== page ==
Budget 2023 in the South has come and gone in the space of a couple of days and will most likely be forgotten about by next week. Almost every detail in it was leaked straight from the cabinet table long before the official announcements were made in the Dáil.
This year the Budget was politically significant in some important ways. Faced with an unprecedented cost of living crisis, which could spiral out of control over the coming winter, the political establishment has been forced to intervene to support households. This goes against their political instincts but they are clearly fearful of the months ahead. A global energy supply crisis, triggered by the Russian State’s war on Ukraine, has injected a huge degree of uncertainty and unpredictability. Europe faces economic chaos following the end of supplies of cheap Russian gas and oil. While Britain, which remains Ireland’s major trading partner, is descending rapidly into economic and political crisis with potentially dire social and economic consequences.
Some positive measures
In this context, some measures in the Budget are positive for working people. The provision of free textbooks to primary schoolchildren is a step forward but it is something that should have always been in place. A reduction in third level fees is also a positive. For socialists, however, it is a fundamental political principle that access to education, at all levels, should be free and funded from general taxation.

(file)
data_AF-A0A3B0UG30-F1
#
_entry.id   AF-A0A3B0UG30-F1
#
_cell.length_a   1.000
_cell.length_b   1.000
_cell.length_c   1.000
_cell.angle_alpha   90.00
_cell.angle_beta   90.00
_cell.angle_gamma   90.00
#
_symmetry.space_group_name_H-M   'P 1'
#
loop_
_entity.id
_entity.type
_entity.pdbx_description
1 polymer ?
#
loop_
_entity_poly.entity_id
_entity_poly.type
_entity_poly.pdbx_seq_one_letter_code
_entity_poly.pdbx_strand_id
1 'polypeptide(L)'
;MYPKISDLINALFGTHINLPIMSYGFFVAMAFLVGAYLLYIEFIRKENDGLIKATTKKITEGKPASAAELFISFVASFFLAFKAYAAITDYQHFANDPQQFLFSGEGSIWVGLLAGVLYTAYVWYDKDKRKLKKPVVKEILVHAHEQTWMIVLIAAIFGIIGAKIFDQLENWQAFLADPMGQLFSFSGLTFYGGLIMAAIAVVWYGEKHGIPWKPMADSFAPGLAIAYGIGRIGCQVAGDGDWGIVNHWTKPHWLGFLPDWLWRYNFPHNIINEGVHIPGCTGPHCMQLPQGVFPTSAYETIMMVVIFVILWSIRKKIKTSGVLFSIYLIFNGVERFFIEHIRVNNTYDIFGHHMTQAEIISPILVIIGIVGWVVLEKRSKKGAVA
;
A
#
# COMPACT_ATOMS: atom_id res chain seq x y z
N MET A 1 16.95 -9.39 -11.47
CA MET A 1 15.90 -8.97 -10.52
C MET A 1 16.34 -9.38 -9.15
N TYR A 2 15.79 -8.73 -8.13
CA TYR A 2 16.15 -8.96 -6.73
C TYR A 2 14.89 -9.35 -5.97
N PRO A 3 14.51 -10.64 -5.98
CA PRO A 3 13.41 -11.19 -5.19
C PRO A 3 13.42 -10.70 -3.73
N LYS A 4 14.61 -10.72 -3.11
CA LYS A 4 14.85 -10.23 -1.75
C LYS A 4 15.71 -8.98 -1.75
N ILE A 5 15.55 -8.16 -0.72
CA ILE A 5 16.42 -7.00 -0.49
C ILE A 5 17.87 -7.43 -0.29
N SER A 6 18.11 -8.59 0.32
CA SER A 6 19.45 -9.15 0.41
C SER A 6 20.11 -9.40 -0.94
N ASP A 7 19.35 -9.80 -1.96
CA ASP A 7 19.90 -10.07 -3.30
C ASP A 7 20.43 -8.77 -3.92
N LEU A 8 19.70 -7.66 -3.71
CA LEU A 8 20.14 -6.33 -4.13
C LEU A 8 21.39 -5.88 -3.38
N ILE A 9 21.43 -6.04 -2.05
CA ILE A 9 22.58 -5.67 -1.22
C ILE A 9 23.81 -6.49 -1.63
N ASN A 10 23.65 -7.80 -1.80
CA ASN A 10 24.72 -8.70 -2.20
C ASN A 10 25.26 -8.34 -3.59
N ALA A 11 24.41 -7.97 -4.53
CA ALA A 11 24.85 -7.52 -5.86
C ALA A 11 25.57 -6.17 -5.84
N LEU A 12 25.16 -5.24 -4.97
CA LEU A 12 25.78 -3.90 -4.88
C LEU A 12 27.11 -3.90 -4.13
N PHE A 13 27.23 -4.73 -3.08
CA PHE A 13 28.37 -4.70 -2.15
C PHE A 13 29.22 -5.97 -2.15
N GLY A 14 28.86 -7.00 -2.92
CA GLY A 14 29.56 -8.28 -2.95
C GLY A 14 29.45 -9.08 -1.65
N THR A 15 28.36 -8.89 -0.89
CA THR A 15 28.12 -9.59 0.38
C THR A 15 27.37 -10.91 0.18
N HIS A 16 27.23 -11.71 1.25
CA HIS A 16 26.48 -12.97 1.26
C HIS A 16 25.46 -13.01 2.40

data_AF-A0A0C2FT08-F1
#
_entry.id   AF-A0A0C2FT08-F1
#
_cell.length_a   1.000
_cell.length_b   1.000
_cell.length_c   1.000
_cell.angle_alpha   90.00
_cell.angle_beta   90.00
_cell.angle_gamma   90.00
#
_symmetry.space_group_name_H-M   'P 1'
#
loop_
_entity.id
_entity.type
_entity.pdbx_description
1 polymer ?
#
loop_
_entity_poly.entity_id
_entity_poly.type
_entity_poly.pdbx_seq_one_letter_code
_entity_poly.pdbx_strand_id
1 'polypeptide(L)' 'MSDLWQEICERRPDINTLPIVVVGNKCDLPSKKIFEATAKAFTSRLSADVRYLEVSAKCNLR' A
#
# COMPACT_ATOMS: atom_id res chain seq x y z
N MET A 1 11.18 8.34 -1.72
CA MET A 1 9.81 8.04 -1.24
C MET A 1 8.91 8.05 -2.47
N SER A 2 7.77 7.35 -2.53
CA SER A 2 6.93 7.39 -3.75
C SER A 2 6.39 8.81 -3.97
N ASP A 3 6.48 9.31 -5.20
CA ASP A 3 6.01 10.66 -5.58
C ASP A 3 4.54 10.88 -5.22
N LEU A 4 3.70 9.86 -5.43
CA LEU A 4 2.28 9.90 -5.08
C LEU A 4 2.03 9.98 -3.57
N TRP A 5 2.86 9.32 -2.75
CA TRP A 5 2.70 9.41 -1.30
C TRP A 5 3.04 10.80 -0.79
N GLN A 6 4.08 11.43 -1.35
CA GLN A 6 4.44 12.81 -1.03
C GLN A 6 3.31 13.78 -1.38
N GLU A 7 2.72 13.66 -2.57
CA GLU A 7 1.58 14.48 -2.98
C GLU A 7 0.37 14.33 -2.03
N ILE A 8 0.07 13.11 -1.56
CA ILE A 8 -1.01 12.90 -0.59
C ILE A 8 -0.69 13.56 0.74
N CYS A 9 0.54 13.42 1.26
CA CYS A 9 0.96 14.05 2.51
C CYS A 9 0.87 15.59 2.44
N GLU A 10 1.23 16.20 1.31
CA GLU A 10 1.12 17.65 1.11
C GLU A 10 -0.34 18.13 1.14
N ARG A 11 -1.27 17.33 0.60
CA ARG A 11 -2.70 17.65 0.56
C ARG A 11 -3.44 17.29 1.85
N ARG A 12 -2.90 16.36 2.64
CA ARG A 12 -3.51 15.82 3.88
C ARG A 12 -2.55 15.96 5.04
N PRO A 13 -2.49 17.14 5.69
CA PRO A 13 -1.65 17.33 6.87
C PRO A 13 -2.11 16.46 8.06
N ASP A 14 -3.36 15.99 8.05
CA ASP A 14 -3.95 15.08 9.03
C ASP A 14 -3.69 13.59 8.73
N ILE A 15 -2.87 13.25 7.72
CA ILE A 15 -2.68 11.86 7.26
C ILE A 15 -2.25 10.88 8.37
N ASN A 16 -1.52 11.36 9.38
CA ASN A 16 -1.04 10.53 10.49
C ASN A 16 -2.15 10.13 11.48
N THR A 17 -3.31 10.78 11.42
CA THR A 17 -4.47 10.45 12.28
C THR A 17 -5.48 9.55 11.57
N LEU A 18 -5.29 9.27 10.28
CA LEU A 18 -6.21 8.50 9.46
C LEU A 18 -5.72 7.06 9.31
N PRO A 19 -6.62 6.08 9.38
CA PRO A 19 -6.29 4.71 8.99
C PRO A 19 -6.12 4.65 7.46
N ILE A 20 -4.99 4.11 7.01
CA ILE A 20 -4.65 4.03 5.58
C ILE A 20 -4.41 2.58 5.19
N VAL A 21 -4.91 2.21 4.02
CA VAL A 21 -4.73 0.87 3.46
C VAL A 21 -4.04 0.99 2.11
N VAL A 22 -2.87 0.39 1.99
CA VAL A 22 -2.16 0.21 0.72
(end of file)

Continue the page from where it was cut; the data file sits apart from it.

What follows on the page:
The greasy fingerprints of Fine Gael are all over the Budget. The increase in the upper tax threshold for the higher rate top of tax will benefit some workers on average wages, but it is a nice boost for the top earners who Fine Gael wish to cultivate as their political base. The tax credits for renters, however, are an insult as the housing crisis descends into social catastrophe, and will prove very quickly to be absolutely useless.
Paltry increases in social welfare protections, in a context where inflation for 2022 and 2023 will exceed 15%, amount to cuts in payments. During the pandemic, the establishment were forced by circumstances to admit that the very basic minimum to survive is a payment of EUR 350 per week. Yet they now persist in paying social protection rates well below this figure. In doing so they maintain their determination to condemn hundreds of thousands to lives of poverty.
Fails to address cost of living crisis
Budget 2023 does nothing to address the scale of the current cost of living crisis for the working class. Rent controls, price controls, provision for a mass public house building programme and other measures that could really make a difference, are all absent. A fearful establishment is hopeful that the few minor concessions it has made will be enough to satisfy the working class; they will not be.
As this crisis deepens, the political initiative will pass from the Dáil into the workplaces, streets and communities. Neo-liberal capitalism, which has dominated our lives over the past 40 years, is falling apart before our eyes and leaving untold social and environmental destruction in its wake. It is becoming clear by the day that the cost of living crisis cannot be resolved on a capitalist basis.
Militant Left argues that the working class must push for the transition to socialism and place ownership and control of the economy into the hands of the working class. Only on this basis is it possible to end, once and for all, the recurrent crises of capitalism, which blight our lives.